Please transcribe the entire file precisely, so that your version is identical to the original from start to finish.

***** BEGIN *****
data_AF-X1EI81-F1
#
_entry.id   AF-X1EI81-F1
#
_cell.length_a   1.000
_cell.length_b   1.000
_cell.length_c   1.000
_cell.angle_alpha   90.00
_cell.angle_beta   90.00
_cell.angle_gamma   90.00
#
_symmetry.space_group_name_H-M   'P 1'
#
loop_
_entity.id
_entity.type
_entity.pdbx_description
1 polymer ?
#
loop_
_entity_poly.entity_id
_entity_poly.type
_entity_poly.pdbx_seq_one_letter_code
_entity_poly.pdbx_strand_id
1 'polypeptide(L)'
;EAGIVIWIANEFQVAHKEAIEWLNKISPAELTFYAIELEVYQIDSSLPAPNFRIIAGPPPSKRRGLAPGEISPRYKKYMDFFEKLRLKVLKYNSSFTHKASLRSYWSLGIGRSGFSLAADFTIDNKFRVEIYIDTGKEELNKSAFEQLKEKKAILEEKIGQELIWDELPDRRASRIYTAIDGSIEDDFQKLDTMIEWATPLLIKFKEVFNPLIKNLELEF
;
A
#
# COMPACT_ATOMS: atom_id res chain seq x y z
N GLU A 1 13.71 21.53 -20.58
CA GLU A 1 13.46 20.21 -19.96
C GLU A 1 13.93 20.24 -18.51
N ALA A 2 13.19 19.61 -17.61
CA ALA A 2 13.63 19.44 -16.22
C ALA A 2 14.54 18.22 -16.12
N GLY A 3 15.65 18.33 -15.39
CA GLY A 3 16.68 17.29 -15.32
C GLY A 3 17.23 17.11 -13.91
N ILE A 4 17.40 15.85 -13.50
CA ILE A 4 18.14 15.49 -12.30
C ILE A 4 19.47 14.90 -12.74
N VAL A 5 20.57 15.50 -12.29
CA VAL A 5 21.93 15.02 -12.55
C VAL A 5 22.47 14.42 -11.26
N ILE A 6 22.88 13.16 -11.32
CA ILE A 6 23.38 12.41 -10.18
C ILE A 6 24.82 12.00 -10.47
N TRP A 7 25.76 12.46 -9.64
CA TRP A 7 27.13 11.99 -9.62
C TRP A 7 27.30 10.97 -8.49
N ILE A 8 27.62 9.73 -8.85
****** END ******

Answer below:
data_AF-X1EI81-F1
#
_entry.id   AF-X1EI81-F1
#
_cell.length_a   1.000
_cell.length_b   1.000
_cell.length_c   1.000
_cell.angle_alpha   90.00
_cell.angle_beta   90.00
_cell.angle_gamma   90.00
#
_symmetry.space_group_name_H-M   'P 1'
#
loop_
_entity.id
_entity.type
_entity.pdbx_description
1 polymer ?
#
loop_
_entity_poly.entity_id
_entity_poly.type
_entity_poly.pdbx_seq_one_letter_code
_entity_poly.pdbx_strand_id
1 'polypeptide(L)'
;EAGIVIWIANEFQVAHKEAIEWLNKISPAELTFYAIELEVYQIDSSLPAPNFRIIAGPPPSKRRGLAPGEISPRYKKYMDFFEKLRLKVLKYNSSFTHKASLRSYWSLGIGRSGFSLAADFTIDNKFRVEIYIDTGKEELNKSAFEQLKEKKAILEEKIGQELIWDELPDRRASRIYTAIDGSIEDDFQKLDTMIEWATPLLIKFKEVFNPLIKNLELEF
;
A
#
# COMPACT_ATOMS: atom_id res chain seq x y z
N GLU A 1 13.71 21.53 -20.58
CA GLU A 1 13.46 20.21 -19.96
C GLU A 1 13.93 20.24 -18.51
N ALA A 2 13.19 19.61 -17.61
CA ALA A 2 13.63 19.44 -16.22
C ALA A 2 14.54 18.22 -16.12
N GLY A 3 15.65 18.33 -15.39
CA GLY A 3 16.68 17.29 -15.32
C GLY A 3 17.23 17.11 -13.91
N ILE A 4 17.40 15.85 -13.50
CA ILE A 4 18.14 15.49 -12.30
C ILE A 4 19.47 14.90 -12.74
N VAL A 5 20.57 15.50 -12.29
CA VAL A 5 21.93 15.02 -12.55
C VAL A 5 22.47 14.42 -11.26
N ILE A 6 22.88 13.16 -11.32
CA ILE A 6 23.38 12.41 -10.18
C ILE A 6 24.82 12.00 -10.47
N TRP A 7 25.76 12.46 -9.64
CA TRP A 7 27.13 11.99 -9.62
C TRP A 7 27.30 10.97 -8.49
N ILE A 8 27.62 9.73 -8.85